The second equation can only be true for $$x_2=0$$. If we plug this in to the third equation, we find that $$x_3=0$$ as well. We know that the the first equation will be true for any $$x_1$$, which presents a problem - which should we choose? By convention, we choose to work with unit vectors, which is to say that:

$\|{\bf{x}}\|=\sqrt{\sum_{i=1}^N x_i^2}=1$

With this, we have $$x_1^2+0+0=1$$. We’ll take the positive root to define

$\begin{split}{\bf{x}_1}=\left(\begin{array}{c} 1 \\ 0 \\ 0 \end{array}\right)\end{split}$

However, we recognize that for any scalar $$c$$, we have:

$A(c{\bf{x}_1})=c\cdot{A}{\bf{x}_1}=c\lambda_1{\bf{x}_1}=1\cdot{c}{\bf{x}_1}=c{\bf{x}_1}$

which says that if $$v$$ is an eigenvector of $$A$$, then $$cv$$ is also an eigenvector of $$A$$. As such, we can use any convention for stating what eigenvectors we choose. Often, the convention is that for at least one element, $$x_i=1$$.

Practice Problem 1

Work through this process for $$\lambda=2$$ and $$\lambda=3$$ to familarize yourself with the process of solving eigenvalue problems. Then try the whole process for a new matrix $$B=\left(\begin{array}{ccc} 1 & 2 & 0 \\ 2 & -1 & 1 \\ 4 & 0 & 3 \end{array}\right)$$.

You should have found that for matrix $$A$$:

$$\begin{array}{l} \lambda = 1 \Rightarrow {\bf{x}} = \left(\begin{array}{c}1 \\ 0 \\ 0 \end{array}\right) \\ \lambda = 2 \Rightarrow {\bf{x}} = \left(\begin{array}{c}0 \\ 1 \\ -1 \end{array}\right)\\ \lambda = 3 \Rightarrow {\bf{x}} = \left(\begin{array}{c}0 \\ 0 \\ 1 \end{array}\right) \end{array}$$

For matrix $$B$$, you should arrive at:

$$\begin{array}{l} \lambda = 1 \Rightarrow {\bf{x}} = \left(\begin{array}{c}1 \\ 0 \\ -2\end{array}\right) \\ \lambda = 1 + 2\sqrt{2} \Rightarrow {\bf{x}} = \left(\begin{array}{c}1 \\ \sqrt{2} \\ 2(1+\sqrt{2}) \end{array}\right)\\ \lambda = 1 - 2\sqrt{2} \Rightarrow {\bf{x}} = \left(\begin{array}{c}1 \\ -\sqrt{2} \\ -2(\sqrt{2}-1)\end{array}\right) \end{array}$$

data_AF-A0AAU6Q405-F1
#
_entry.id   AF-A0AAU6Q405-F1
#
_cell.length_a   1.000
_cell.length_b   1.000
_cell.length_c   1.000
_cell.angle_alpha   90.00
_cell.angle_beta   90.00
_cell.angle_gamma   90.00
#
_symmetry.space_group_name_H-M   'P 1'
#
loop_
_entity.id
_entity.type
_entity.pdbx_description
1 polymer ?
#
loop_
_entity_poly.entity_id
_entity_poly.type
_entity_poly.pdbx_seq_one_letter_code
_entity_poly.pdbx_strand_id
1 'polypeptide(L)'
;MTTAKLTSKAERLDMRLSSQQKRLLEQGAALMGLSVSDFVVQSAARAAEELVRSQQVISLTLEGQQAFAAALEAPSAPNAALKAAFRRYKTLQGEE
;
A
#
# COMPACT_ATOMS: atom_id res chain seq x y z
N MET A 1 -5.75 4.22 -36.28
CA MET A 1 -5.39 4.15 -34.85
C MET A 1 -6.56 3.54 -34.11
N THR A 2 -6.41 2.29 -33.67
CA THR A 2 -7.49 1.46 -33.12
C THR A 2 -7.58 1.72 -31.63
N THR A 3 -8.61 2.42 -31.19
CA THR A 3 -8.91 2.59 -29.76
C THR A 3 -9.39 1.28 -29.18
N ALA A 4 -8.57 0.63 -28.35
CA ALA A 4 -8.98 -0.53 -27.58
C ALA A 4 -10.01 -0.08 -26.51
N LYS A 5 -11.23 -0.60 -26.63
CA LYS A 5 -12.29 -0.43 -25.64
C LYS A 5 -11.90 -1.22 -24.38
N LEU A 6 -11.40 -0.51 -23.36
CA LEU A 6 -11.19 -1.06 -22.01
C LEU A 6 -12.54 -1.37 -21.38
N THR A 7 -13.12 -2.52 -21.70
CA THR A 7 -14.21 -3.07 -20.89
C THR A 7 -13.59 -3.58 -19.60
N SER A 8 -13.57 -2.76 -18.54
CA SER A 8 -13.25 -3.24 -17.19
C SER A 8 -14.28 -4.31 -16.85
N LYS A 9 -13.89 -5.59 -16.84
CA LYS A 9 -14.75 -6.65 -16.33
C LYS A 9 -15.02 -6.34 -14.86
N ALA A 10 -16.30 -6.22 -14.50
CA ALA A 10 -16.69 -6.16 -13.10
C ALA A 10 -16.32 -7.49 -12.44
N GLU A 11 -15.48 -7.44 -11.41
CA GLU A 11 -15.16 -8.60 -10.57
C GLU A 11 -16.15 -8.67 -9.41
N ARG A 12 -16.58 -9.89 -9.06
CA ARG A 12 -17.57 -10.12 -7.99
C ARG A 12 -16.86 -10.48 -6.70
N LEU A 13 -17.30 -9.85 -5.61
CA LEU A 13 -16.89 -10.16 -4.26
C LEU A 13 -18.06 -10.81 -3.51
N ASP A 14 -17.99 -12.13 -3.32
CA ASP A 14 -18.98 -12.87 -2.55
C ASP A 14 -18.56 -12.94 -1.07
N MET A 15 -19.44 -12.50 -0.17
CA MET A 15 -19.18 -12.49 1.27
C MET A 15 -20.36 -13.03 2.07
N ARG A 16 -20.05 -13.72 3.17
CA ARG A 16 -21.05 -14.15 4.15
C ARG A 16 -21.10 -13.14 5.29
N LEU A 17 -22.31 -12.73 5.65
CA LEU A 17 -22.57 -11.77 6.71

## Application: Spring oscillation¶

For a concrete example of how to apply our newly-learned techniques to a problem, let’s look at a simple Hooke’s law spring. This section does require knowing some calculus for full understanding. For this section, we’ll define

$\dot{x}=\frac{dx}{dt}$

For a one-dimensional Hooke’s law spring, we know that the force is directly proportional to the displacement from equilibrium, but in the opposite direction. That is,

$F=m\cdot a=m\cdot\ddot{x}=-k\cdot x$

If we take $$w=\sqrt{\frac{k}{m}}$$, we have $$\ddot{x}=-w^2x$$. This is a second-order differential equation which is generally pretty hard to solve (consider if we had a damped spring!). But this is all differential equations! How in the world is our eigenvalue problem going to help us?

The only way that it could help is if we could find some way to talk about matrices instead of derivatives. If we could do that, maybe we could then solve our problem. If we could just get this problem to look like a first-order differential equation, then we can use normal tricks to solve that equation and find a solution for $$x(t)$$. After trying different ideas for a while, we might think about taking the derivative of some vector. In fact, what about:

$\begin{split}\frac{d}{dt}\left(\begin{array}{c}x \\ \dot{x}\end{array}\right)= \left(\begin{array}{c}\dot{x} \\ \ddot{x}\end{array}\right)\end{split}$

Is that really helping our case? Well, if we had some way to have the right-hand side be some square matrix times the vector we were taking the derivative of, we’d be home free. But all that does is set up a system of equations. Let’s see if we can figure out which system: